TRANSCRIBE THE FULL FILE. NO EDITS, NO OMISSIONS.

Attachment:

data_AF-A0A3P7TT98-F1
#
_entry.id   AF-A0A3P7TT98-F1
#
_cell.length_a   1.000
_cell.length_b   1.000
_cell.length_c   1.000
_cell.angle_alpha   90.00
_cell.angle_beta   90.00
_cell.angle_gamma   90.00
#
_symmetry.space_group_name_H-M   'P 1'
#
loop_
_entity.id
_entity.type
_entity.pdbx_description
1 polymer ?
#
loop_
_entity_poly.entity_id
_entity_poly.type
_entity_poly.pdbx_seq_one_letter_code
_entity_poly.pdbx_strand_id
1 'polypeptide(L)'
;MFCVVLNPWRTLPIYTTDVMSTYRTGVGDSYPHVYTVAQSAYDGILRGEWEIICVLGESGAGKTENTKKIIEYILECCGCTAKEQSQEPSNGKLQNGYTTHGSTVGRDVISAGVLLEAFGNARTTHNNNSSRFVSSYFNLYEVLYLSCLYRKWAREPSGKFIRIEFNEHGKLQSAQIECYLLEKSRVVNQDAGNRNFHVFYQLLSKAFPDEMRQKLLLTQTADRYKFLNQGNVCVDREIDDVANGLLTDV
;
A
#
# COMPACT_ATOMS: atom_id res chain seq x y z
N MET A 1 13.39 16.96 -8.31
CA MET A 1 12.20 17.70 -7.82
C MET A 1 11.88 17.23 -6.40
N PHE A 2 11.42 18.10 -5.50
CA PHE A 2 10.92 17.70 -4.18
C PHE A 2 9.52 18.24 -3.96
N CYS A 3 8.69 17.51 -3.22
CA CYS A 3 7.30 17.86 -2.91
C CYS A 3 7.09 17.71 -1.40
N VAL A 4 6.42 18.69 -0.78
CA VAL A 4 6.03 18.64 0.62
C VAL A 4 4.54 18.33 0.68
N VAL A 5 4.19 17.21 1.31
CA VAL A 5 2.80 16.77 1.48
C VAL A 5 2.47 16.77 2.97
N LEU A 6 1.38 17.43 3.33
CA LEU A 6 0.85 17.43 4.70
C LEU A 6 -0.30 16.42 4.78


data_AF-A0A3P7TT98-F1
#
_entry.id   AF-A0A3P7TT98-F1
#
_cell.length_a   1.000
_cell.length_b   1.000
_cell.length_c   1.000
_cell.angle_alpha   90.00
_cell.angle_beta   90.00
_cell.angle_gamma   90.00
#
_symmetry.space_group_name_H-M   'P 1'
#
loop_
_entity.id
_entity.type
_entity.pdbx_description
1 polymer ?
#
loop_
_entity_poly.entity_id
_entity_poly.type
_entity_poly.pdbx_seq_one_letter_code
_entity_poly.pdbx_strand_id
1 'polypeptide(L)'
;MFCVVLNPWRTLPIYTTDVMSTYRTGVGDSYPHVYTVAQSAYDGILRGEWEIICVLGESGAGKTENTKKIIEYILECCGCTAKEQSQEPSNGKLQNGYTTHGSTVGRDVISAGVLLEAFGNARTTHNNNSSRFVSSYFNLYEVLYLSCLYRKWAREPSGKFIRIEFNEHGKLQSAQIECYLLEKSRVVNQDAGNRNFHVFYQLLSKAFPDEMRQKLLLTQTADRYKFLNQGNVCVDREIDDVANGLLTDV
;
A
#
# COMPACT_ATOMS: atom_id res chain seq x y z
N MET A 1 13.39 16.96 -8.31
CA MET A 1 12.20 17.70 -7.82
C MET A 1 11.88 17.23 -6.40
N PHE A 2 11.42 18.10 -5.50
CA PHE A 2 10.92 17.70 -4.18
C PHE A 2 9.52 18.24 -3.96
N CYS A 3 8.69 17.51 -3.22
CA CYS A 3 7.30 17.86 -2.91
C CYS A 3 7.09 17.71 -1.40
N VAL A 4 6.42 18.69 -0.78
CA VAL A 4 6.03 18.64 0.62
C VAL A 4 4.54 18.33 0.68
N VAL A 5 4.19 17.21 1.31
CA VAL A 5 2.80 16.77 1.48
C VAL A 5 2.47 16.77 2.97
N LEU A 6 1.38 17.43 3.33
CA LEU A 6 0.85 17.43 4.70
C LEU A 6 -0.30 16.42 4.78